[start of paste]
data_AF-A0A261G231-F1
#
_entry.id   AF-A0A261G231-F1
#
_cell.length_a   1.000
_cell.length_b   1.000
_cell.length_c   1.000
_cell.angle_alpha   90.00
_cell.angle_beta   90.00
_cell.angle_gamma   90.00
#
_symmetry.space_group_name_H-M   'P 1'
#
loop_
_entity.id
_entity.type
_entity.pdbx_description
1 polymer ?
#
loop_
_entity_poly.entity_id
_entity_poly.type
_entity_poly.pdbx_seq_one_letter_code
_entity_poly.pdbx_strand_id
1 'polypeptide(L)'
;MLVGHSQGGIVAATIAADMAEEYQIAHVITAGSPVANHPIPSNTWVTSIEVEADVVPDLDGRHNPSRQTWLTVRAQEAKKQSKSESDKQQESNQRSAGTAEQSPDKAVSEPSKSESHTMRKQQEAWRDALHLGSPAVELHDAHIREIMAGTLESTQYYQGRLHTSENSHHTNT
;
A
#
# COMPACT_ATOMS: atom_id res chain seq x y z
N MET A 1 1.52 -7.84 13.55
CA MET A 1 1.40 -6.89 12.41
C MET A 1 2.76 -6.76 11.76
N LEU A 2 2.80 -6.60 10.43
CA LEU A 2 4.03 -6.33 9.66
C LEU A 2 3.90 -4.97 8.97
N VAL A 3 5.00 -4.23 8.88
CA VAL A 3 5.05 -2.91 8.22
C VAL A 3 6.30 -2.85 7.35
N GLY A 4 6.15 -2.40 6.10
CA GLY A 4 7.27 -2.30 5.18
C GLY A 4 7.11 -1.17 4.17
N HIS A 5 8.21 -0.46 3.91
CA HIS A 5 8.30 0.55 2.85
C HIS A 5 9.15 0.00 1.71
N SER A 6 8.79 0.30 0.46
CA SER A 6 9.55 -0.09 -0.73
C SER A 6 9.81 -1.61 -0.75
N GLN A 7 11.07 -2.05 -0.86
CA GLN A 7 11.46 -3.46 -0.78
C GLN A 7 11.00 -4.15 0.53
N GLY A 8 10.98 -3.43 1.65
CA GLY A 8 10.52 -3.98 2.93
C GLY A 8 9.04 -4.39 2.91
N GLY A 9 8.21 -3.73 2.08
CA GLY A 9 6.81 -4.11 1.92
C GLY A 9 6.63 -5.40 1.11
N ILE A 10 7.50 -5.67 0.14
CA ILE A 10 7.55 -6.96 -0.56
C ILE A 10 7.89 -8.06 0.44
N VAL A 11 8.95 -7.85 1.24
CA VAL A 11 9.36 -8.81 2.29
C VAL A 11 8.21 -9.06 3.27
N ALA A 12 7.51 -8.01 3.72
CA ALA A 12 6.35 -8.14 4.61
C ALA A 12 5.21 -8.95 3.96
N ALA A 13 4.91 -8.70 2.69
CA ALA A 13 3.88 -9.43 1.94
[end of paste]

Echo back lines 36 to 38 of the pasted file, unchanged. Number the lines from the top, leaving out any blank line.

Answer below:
C LEU A 2 3.90 -4.97 8.97
N VAL A 3 5.00 -4.23 8.88
CA VAL A 3 5.05 -2.91 8.22